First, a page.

De : RSOE EDIS <firstname.lastname@example.org>
Envoyé : lundi 22 avril 2019 07:48
À : Corentin Decaen <email@example.com>
Objet : RSOE EDIS – Event Report – Biological Hazard : Meadow Springs, State of Western Australia, Australia, Australia – New-Zealand
Importance : Haute
RSOE Emergency and Disaster Information Service, Budapest, Hungary
April 22nd 2019 05:44 AM – Biological Hazard – BH-20190422-67579-AUS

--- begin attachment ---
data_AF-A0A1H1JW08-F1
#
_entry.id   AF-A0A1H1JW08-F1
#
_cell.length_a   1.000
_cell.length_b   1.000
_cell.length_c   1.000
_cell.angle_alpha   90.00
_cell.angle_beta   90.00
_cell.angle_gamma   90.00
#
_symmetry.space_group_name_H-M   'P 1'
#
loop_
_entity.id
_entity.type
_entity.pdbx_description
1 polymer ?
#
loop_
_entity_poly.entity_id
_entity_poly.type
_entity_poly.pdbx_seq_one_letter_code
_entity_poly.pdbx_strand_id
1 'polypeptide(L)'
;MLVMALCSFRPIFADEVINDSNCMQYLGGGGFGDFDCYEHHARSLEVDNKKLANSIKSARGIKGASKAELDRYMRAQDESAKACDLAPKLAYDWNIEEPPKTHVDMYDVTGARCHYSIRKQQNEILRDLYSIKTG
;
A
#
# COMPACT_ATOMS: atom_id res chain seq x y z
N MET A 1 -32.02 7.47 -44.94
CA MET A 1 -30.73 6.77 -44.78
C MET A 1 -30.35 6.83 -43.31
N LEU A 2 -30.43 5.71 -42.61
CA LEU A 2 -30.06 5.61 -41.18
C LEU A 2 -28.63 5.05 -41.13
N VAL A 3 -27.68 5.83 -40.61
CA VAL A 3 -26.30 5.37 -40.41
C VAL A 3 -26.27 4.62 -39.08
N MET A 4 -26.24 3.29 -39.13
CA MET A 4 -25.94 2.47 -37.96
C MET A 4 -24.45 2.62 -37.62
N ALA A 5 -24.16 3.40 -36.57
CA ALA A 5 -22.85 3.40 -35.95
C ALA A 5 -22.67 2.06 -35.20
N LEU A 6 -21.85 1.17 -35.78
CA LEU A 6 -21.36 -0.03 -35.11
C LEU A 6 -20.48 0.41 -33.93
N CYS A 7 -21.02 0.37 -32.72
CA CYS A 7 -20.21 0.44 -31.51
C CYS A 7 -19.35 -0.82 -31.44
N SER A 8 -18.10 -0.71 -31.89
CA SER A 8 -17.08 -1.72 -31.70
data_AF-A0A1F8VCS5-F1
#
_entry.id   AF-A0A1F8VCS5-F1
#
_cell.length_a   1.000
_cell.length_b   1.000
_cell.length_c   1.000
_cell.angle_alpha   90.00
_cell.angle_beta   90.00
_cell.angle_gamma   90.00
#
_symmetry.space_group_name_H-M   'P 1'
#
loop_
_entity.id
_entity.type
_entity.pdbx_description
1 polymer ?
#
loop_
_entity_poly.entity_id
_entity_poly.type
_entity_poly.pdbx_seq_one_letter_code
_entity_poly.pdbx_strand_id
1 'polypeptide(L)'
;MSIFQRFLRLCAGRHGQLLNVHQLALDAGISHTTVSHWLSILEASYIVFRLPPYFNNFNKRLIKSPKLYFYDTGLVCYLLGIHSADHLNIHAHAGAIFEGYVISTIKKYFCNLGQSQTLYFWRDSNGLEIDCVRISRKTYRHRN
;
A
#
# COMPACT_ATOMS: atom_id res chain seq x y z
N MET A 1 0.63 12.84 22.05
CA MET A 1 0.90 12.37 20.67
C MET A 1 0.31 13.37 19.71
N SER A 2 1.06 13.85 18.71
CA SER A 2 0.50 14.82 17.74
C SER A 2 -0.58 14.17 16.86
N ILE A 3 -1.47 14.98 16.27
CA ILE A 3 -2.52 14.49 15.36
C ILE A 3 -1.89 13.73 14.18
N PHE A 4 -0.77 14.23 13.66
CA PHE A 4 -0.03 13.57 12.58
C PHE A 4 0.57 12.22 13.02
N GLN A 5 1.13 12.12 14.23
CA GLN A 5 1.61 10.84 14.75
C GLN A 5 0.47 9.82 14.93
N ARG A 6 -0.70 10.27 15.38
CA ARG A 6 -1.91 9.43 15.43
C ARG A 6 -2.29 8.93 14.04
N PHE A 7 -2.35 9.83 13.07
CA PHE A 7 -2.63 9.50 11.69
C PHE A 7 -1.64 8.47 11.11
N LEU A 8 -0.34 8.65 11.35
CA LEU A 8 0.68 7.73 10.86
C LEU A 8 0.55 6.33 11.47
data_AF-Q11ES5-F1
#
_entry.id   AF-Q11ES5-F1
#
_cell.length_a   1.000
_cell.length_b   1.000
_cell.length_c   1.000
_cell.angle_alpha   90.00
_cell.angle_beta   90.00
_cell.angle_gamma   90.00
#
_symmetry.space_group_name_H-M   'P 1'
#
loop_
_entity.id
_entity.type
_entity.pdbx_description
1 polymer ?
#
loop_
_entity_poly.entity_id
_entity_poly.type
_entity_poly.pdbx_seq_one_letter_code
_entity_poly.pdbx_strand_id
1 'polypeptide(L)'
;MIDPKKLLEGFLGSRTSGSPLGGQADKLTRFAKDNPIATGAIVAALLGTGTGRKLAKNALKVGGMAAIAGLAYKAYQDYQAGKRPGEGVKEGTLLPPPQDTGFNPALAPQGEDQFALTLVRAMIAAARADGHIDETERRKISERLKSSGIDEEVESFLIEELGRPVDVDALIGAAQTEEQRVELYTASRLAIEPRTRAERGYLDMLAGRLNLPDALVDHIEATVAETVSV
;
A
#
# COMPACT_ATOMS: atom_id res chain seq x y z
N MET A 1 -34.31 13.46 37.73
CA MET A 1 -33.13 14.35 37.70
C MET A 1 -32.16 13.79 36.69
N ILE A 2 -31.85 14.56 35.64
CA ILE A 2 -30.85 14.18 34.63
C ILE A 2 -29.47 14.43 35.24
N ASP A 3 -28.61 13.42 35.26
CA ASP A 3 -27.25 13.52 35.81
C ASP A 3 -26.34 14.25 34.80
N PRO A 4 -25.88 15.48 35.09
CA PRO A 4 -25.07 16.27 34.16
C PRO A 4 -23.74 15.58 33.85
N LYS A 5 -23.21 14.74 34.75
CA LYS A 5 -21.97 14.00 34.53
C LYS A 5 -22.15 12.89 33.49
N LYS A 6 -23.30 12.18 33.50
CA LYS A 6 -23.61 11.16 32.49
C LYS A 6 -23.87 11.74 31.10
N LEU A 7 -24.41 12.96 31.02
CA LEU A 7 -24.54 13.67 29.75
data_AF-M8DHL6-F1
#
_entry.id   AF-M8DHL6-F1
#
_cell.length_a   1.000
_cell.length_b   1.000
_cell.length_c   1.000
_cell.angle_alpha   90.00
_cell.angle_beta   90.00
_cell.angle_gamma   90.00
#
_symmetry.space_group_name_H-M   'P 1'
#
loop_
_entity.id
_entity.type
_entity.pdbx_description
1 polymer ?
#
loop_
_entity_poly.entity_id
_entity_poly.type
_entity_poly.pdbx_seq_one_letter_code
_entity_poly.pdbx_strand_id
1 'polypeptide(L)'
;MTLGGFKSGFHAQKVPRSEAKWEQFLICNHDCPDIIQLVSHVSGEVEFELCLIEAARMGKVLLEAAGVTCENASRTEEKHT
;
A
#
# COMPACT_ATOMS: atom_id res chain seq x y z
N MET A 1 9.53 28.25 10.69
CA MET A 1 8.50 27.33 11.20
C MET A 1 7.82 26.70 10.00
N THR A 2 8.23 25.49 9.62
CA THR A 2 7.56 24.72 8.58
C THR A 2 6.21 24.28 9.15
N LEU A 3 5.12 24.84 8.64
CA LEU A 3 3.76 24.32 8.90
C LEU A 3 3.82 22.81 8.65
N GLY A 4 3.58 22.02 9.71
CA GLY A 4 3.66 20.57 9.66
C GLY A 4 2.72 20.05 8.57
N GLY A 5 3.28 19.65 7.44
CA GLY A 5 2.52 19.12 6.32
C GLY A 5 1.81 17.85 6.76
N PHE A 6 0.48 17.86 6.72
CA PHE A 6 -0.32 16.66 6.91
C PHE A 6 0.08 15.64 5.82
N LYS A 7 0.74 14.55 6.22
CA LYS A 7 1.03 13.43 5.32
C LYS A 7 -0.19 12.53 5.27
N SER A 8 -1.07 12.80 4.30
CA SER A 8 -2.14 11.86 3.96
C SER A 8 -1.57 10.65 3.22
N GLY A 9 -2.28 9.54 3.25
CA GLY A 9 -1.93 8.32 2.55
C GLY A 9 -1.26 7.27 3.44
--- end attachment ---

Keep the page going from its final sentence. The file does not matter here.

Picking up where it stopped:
There have been reports of a number of dead ducks at a lake in Meadow Springs, believed to be killed by a local botulism outbreak. Botulism is one of the most common causes of death in birds like chickens, ducks, geese and guinea fowl. It can affect both free-range and caged birds as well as wild birds. The deadly disease occurs when birds eat food or drink water containing the botulism toxin produced by a bacteria that is commonly found in soil and in rotting vegetation, food or carcasses. It produces a very potent toxin that acts on the bird’s nervous system, causing weakness, paralysis and sometimes death. Western Australian Seabird Rescue announced the alert on their Facebook page on April 21. "Meadow Springs (Mandurah) residents – this small lake has been identified as another probable botulism outbreak area with several dead ducks seen yesterday," they wrote. The lake is within a park bordered by Glenelg Way, Pebble Beach Boulevard and Grandmere Parade in Meadow Springs. The rescue group said botulism outbreaks happened every year "following the first autumn rains" when the birds have access to wet, decomposing feed. "The heavy rains have re-flooded many wetlands and we are about to have a few warm days so botulism outbreaks could occur anywhere," the Facebook post read. Western Australian Seabird Rescue suggested residents who see any sick or dead birds call them on 6102 8464 "as soon as possible". "Time is critical to outcomes with botulism," they wrote on Facebook. "It’s also critical to remove the dead birds from the water so other birds don’t feed on their carcasses and become affected too." The group recommended to keep dogs on a lead if they walk them within the vicinity of the affected park to ensure they don’t pick up an infected carcass and asked residents not to throw bread or other food into the water as it will "exacerbate the issue".
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